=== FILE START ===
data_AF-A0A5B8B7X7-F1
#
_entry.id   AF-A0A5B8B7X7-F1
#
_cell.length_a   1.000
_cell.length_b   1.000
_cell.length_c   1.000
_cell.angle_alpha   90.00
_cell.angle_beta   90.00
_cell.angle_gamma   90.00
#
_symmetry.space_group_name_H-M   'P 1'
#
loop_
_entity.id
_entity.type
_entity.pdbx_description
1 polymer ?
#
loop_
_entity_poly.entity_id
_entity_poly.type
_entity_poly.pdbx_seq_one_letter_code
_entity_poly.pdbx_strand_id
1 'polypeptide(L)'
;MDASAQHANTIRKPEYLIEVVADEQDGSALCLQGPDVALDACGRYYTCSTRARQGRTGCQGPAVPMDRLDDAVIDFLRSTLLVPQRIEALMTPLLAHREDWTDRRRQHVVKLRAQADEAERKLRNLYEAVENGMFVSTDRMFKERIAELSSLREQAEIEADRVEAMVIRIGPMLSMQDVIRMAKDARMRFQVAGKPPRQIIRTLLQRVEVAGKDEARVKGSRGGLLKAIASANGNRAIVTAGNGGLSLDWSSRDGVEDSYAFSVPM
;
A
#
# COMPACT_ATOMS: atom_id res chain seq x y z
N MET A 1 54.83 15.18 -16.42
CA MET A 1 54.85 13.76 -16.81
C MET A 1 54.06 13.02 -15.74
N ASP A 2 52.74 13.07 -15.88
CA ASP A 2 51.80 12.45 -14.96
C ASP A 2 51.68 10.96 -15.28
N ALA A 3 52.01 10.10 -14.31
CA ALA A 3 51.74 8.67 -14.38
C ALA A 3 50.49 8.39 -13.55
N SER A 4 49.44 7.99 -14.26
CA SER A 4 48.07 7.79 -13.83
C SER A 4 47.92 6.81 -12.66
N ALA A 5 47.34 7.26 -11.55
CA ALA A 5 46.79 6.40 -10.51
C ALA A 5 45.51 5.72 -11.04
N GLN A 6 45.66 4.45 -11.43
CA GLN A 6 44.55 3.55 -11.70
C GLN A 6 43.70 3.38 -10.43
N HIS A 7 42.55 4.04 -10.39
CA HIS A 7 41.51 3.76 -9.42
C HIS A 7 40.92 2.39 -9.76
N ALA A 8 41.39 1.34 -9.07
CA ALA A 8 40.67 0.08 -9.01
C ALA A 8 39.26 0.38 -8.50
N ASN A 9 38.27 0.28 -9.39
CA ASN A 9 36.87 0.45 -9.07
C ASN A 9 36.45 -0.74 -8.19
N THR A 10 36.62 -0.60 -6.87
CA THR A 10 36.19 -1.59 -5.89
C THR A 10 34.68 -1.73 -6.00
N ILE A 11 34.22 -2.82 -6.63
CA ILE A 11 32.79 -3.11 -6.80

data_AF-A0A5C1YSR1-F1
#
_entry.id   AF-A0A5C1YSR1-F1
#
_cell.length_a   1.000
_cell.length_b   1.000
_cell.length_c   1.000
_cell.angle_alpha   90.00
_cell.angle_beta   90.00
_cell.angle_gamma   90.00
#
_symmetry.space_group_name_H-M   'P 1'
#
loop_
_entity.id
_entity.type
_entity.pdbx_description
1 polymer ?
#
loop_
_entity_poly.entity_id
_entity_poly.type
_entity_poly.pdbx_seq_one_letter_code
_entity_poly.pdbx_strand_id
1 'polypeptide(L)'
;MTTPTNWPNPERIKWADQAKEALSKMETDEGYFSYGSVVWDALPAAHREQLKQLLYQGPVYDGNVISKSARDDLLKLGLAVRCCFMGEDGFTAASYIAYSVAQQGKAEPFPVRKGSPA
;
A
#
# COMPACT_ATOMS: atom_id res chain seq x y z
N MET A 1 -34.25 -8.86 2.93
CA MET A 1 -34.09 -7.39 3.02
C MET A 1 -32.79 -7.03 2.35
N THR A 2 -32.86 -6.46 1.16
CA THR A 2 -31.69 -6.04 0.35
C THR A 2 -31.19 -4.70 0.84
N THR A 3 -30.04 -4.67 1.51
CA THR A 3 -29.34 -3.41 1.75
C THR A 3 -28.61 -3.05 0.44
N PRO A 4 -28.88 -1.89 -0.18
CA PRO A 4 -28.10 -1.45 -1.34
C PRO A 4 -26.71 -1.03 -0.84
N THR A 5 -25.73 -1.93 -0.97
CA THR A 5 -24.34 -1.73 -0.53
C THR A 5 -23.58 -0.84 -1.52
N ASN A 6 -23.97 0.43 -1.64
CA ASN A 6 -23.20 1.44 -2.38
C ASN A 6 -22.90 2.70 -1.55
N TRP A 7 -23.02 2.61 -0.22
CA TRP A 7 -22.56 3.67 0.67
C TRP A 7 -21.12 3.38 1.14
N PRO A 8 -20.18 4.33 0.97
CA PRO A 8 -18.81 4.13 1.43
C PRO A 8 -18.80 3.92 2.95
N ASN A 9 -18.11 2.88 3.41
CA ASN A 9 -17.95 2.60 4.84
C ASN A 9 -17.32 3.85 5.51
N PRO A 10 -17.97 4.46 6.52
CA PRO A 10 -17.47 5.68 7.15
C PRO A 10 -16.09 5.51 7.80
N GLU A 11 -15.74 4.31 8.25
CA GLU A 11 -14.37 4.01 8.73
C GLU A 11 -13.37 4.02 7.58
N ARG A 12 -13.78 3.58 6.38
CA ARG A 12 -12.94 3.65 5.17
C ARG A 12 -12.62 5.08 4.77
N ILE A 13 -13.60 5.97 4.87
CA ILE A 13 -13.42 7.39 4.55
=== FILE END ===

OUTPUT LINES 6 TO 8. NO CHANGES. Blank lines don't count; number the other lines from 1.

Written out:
_cell.length_b   1.000
_cell.length_c   1.000
_cell.angle_alpha   90.00